A monster-taming game (also known as monster-catching, creature-collecting, or simply Pokémon clone) is a subgenre of role-playing video game that most notably includes the Pokémon franchise. While Pokémon is the most recognizable example of such a game to Western audiences, the origins of the genre were in the Megami Tensei series, which involved fighting, negotiating with, and recruiting demons and other mythological beings.

Monster-taming games share core mechanics such as being able to capture creatures, train them, and use them in battle against similar creatures.[1] In many such games, these creatures are the only means of combat, although the darker-themed Megami Tensei series also allows the player to participate in combat, using weapons such as guns.


The origins of the genre lay in the Megami Tensei or MegaTen games, debuting in 1987, which let players capture and summon demons. Due to the Satanic panic of the 1980s, the occult-themed series remained exclusive to Japan for many years and it was slow to enter Western markets.[2][3] Dragon Quest V (1992), another title exclusive to Japan at the time, featured monster recruiting and training mechanics that inspired monster-collecting RPGs such as Pokémon, Digimon, and Dokapon.[4][5] It spawned the Dragon Quest Monsters spin-off series in 1998.

Robotrek (1994) was another early title similar to Pokémon. It was a predecessor to the core gameplay of Pokémon in that the protagonist does not himself fight, but instead sends out robots, which are kept in capsules outside of battle.[6] There was a resemblance in functionality between these capsules and the Poké Balls used in Pokémon.[7][8] Robotrek may have been the partial inspiration for Robopon, a 1998 RPG featuring customizable robots.[9][10]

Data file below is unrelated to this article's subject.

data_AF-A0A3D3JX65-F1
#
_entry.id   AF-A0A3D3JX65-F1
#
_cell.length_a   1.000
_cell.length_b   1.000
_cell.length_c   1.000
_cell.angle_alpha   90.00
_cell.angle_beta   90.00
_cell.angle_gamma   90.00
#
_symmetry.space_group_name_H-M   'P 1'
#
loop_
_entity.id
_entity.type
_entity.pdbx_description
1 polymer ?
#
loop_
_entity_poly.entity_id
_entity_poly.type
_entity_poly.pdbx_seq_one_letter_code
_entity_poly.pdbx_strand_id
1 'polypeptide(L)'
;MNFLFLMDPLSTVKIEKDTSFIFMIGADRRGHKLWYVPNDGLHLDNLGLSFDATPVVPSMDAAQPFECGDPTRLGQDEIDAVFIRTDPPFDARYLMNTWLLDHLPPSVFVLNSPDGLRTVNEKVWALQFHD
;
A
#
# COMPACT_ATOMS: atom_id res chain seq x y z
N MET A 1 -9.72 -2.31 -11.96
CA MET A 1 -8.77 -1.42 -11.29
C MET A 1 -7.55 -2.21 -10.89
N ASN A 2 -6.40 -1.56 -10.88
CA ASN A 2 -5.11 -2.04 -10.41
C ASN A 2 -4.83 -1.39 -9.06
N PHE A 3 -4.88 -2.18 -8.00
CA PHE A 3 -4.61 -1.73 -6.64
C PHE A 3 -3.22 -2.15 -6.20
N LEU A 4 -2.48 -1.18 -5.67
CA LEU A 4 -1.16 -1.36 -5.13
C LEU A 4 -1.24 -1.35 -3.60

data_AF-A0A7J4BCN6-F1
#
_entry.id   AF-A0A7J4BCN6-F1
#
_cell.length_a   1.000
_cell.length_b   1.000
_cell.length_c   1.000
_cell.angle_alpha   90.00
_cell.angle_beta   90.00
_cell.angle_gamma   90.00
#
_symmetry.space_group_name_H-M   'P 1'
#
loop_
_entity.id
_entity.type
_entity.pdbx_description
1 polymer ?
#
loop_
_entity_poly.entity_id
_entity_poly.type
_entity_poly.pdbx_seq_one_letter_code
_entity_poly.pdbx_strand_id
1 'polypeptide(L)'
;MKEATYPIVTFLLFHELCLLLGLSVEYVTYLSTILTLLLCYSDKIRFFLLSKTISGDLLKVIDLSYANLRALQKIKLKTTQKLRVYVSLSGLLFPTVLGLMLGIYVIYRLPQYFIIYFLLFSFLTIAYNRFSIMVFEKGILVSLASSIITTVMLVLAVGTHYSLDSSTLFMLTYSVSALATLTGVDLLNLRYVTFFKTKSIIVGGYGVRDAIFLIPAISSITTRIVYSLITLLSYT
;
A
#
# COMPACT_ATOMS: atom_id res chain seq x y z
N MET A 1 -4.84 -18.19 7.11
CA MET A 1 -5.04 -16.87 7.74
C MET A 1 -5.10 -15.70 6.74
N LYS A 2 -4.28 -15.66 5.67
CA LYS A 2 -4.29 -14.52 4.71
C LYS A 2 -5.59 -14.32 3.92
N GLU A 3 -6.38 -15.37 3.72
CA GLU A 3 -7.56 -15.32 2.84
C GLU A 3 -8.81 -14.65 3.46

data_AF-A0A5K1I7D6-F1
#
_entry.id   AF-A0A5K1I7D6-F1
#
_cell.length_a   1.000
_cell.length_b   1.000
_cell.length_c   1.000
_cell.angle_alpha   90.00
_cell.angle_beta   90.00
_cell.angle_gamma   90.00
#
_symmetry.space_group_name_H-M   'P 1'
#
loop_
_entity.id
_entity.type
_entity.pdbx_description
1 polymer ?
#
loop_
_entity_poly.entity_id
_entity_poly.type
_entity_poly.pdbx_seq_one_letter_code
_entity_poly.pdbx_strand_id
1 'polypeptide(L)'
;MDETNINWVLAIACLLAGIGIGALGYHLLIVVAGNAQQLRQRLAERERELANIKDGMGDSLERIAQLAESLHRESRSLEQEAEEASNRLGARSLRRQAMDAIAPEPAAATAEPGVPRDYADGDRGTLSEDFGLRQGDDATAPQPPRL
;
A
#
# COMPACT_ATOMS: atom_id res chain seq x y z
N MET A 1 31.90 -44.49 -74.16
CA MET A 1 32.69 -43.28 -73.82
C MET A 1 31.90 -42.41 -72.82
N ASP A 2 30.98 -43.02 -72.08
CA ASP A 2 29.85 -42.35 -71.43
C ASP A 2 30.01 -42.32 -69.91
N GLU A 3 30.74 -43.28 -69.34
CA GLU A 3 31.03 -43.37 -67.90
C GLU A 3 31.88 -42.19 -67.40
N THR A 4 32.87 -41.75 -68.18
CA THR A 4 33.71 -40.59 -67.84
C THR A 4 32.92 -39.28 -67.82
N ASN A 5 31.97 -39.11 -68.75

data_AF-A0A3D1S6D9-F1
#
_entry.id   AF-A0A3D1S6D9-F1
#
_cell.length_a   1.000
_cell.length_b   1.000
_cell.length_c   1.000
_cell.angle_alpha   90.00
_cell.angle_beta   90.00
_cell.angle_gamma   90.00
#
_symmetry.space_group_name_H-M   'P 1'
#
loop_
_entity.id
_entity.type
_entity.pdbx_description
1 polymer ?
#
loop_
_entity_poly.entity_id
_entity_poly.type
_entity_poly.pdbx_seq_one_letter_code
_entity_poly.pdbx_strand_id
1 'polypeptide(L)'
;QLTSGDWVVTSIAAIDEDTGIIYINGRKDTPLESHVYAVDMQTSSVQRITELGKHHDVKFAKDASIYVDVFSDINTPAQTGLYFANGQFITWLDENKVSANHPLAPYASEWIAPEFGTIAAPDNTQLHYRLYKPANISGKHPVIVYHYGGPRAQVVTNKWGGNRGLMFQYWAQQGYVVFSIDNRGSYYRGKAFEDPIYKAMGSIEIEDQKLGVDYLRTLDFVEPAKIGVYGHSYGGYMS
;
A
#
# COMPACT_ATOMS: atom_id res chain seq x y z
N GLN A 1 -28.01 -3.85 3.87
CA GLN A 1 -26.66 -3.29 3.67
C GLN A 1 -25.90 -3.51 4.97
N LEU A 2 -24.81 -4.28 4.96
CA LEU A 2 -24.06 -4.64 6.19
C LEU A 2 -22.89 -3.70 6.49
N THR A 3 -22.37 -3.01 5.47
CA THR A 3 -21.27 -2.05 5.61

The Pokémon series, which debuted with Pokémon Red and Green in 1996, was largely responsible for popularizing the genre. Pokémon was many players' first experience with monster-taming games, and it remains the most successful franchise in the genre.[2][3]

The contemporaneous Digimon series, which debuted in 1997, also featured similar monster-taming mechanics.[11] Another early entry in the monster-taming genre was the fantasy-themed Jade Cocoon (1998) by Genki, which saw a cult classic 2001 follow-up, Jade Cocoon 2.[12][13]

While Pokémon and Digimon continued to release new games throughout the ensuing years, in 2011, Level-5 developed the monster-taming game Ni No Kuni: Wrath of the White Witch, which was heavily inspired by the works of Studio Ghibli.[14] They subsequently developed Yo-Kai Watch as a competitor to Pokémon, with its popularity exploding in 2014, and the franchise becoming a cultural phenomenon. However, its popularity declined significantly by 2018, attributed to a variety of factors.[15] In the United States, Studio Wildcard developed and released Ark: Survival Evolved (2015), an open-world monster-taming game themed around prehistoric life.

Many spin-offs from major series revolve around taming monsters, including World of Final Fantasy (2016) and Chocobo's Mystery Dungeon Every Buddy! (2019), based on the long-running Final Fantasy series of Japanese role-playing games, and Monster Hunter Stories (2016) and its sequel, based on Monster Hunter, a best-selling series of action role-playing games.[14]